For a government that wraps its actions in moral absolutes about good versus evil, while deriding liberal relativism, the Bush administration may rank as the most committed in modern American history to an ends-justify-the-means ethos.He goes on and on [and this is a rather lengthy piece by Parry's standards], detailing three instances in which the neocons have recently taken credit for things they did not do, and drawing parallels with the way in which they took credit for bringing about the fall of the Soviet Union [which they also did not do]. I could attempt to give you a brief synopsis, but there is no way in which I could do the column justice. He's too good a writer. Everything is stated as succinctly as possible already. You just have to read it for yourself.
Indeed, to understand the administration’s neoconservative foreign policy, one must recognize how this moral framework works: First, it sets out worthy-sounding goals – freedom, democracy, security – and then it applies whatever tactics are deemed necessary – torture, murder, unprovoked invasions – along with an aggressive propaganda strategy at home.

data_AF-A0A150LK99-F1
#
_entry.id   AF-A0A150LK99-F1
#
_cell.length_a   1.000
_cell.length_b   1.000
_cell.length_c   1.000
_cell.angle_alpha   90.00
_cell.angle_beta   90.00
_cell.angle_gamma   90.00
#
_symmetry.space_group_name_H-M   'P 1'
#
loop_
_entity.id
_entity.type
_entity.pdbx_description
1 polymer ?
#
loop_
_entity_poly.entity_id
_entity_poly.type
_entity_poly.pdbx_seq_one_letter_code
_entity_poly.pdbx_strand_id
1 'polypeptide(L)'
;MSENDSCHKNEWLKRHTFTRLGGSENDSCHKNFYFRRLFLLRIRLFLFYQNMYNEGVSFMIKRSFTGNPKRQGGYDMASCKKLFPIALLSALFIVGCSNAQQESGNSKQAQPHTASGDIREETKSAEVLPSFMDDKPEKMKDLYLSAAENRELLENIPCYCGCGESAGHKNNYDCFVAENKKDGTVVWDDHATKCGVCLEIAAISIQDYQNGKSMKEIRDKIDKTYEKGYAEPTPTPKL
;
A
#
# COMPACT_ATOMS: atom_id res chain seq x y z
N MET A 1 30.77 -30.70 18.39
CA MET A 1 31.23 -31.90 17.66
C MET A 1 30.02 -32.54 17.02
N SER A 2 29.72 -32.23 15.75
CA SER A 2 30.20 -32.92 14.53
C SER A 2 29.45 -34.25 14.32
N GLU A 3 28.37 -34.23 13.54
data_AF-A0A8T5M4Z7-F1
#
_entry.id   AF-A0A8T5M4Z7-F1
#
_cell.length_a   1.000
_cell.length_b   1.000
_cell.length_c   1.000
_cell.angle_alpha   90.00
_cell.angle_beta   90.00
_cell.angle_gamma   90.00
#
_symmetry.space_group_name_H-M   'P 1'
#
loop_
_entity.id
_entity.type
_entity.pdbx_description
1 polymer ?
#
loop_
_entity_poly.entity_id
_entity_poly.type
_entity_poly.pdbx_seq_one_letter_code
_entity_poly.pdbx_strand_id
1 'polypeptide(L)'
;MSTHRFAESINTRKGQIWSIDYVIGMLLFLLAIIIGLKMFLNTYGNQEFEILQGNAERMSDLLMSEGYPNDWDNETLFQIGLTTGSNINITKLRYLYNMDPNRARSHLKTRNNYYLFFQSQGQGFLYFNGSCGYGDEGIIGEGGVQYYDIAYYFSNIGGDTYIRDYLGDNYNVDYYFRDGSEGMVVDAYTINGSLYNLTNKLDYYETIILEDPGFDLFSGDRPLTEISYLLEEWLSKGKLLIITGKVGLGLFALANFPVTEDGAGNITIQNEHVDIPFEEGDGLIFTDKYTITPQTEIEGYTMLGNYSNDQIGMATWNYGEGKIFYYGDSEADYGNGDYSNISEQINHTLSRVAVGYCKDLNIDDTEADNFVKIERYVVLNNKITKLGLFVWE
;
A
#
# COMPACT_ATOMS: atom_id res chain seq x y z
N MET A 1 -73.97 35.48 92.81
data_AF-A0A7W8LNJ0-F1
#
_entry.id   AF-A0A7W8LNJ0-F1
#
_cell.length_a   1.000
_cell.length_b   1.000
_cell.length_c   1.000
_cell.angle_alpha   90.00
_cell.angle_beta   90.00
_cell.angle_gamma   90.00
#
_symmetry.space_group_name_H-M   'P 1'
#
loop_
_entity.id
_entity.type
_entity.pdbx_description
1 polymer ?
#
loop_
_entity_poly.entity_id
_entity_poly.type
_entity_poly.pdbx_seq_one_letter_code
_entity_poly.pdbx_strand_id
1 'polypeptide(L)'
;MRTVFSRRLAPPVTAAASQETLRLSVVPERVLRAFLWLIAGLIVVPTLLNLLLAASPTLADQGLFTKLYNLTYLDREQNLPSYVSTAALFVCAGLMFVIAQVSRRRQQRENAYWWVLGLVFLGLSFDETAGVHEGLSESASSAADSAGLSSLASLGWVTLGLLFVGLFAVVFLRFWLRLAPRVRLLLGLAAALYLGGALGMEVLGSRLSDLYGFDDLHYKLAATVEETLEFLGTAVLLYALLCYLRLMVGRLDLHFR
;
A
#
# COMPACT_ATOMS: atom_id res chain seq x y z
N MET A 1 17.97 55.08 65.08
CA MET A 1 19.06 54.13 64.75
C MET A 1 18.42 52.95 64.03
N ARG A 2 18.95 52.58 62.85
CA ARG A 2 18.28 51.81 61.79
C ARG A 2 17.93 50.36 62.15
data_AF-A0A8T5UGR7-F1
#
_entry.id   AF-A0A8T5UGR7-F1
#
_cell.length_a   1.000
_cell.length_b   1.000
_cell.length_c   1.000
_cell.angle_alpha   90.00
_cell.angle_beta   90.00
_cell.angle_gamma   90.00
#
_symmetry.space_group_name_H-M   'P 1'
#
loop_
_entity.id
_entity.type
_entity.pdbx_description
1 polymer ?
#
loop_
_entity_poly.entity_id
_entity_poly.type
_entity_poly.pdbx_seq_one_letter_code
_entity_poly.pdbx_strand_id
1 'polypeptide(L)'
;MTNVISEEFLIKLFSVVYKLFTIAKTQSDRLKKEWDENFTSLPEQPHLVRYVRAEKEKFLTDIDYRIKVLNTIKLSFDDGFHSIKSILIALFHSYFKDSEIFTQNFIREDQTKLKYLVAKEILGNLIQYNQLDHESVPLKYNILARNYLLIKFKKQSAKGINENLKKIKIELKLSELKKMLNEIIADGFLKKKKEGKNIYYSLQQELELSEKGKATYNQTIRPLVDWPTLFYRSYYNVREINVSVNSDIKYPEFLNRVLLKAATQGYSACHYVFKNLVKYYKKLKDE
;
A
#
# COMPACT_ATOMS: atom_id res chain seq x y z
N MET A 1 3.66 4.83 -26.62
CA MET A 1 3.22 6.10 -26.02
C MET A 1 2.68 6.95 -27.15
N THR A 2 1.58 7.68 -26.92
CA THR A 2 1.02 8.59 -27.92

Next, when events take a positive turn, the neoconservatives claim credit, even if they had only a minor role or the events were largely coincidental. Criticism of the bloody means is washed away by celebration of the virtuous ends. Mainstream commentators join in, cheering the neocons’ farsightedness. Those who opposed the original actions are pushed to the political margins.
I can't think of the word for what Robert Parry does best. I think of him as a master "de-spinner-izer". He sees through the fog of propaganda as well as [or better than] any writer I know of.
It's getting increasingly difficult these days to filter out the propaganda in a way that leaves facts behind. But the more I read Parry, the better I understand what's going on, and the better equipped I feel for the task of staying reality-based in the midst of the propaganda barrage. I can't give you any better incentive to bookmark his site and to visit it often. He publishes one or two new columns every week. And they are always worth reading.
As with most investigative journalists, his funding comes from contributions and book sales. If you haven't read "Secrecy & Privilege: The Rise of the Bush Dynasty from Watergate to Iraq", you probably should. If you buy it through his website, he gets a cut. And if you value good investigative journalists, you might consider making a donation to one of the best.
Rock on, Robert.